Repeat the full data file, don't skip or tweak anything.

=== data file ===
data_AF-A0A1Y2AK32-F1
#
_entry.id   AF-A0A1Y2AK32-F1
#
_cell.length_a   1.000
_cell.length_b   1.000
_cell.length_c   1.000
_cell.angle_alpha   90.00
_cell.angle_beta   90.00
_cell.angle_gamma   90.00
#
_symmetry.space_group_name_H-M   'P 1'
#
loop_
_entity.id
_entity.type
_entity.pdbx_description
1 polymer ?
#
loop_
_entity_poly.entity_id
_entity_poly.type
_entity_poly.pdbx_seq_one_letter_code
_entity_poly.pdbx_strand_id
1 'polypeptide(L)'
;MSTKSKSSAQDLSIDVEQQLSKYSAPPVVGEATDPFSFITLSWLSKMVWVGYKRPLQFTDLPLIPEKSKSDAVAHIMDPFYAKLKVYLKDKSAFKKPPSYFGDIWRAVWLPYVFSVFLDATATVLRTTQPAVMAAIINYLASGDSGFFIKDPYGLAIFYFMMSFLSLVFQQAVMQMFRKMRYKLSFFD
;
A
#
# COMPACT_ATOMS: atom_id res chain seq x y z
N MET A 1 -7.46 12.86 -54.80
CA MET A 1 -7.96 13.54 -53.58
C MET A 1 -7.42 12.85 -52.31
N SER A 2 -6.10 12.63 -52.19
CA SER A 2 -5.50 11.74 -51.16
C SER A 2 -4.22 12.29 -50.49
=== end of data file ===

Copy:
data_AF-A0A1Y2AK32-F1
#
_entry.id   AF-A0A1Y2AK32-F1
#
_cell.length_a   1.000
_cell.length_b   1.000
_cell.length_c   1.000
_cell.angle_alpha   90.00
_cell.angle_beta   90.00
_cell.angle_gamma   90.00
#
_symmetry.space_group_name_H-M   'P 1'
#
loop_
_entity.id
_entity.type
_entity.pdbx_description
1 polymer ?
#
loop_
_entity_poly.entity_id
_entity_poly.type
_entity_poly.pdbx_seq_one_letter_code
_entity_poly.pdbx_strand_id
1 'polypeptide(L)'
;MSTKSKSSAQDLSIDVEQQLSKYSAPPVVGEATDPFSFITLSWLSKMVWVGYKRPLQFTDLPLIPEKSKSDAVAHIMDPFYAKLKVYLKDKSAFKKPPSYFGDIWRAVWLPYVFSVFLDATATVLRTTQPAVMAAIINYLASGDSGFFIKDPYGLAIFYFMMSFLSLVFQQAVMQMFRKMRYKLSFFD
;
A
#
# COMPACT_ATOMS: atom_id res chain seq x y z
N MET A 1 -7.46 12.86 -54.80
CA MET A 1 -7.96 13.54 -53.58
C MET A 1 -7.42 12.85 -52.31
N SER A 2 -6.10 12.63 -52.19
CA SER A 2 -5.50 11.74 -51.16
C SER A 2 -4.22 12.29 -50.49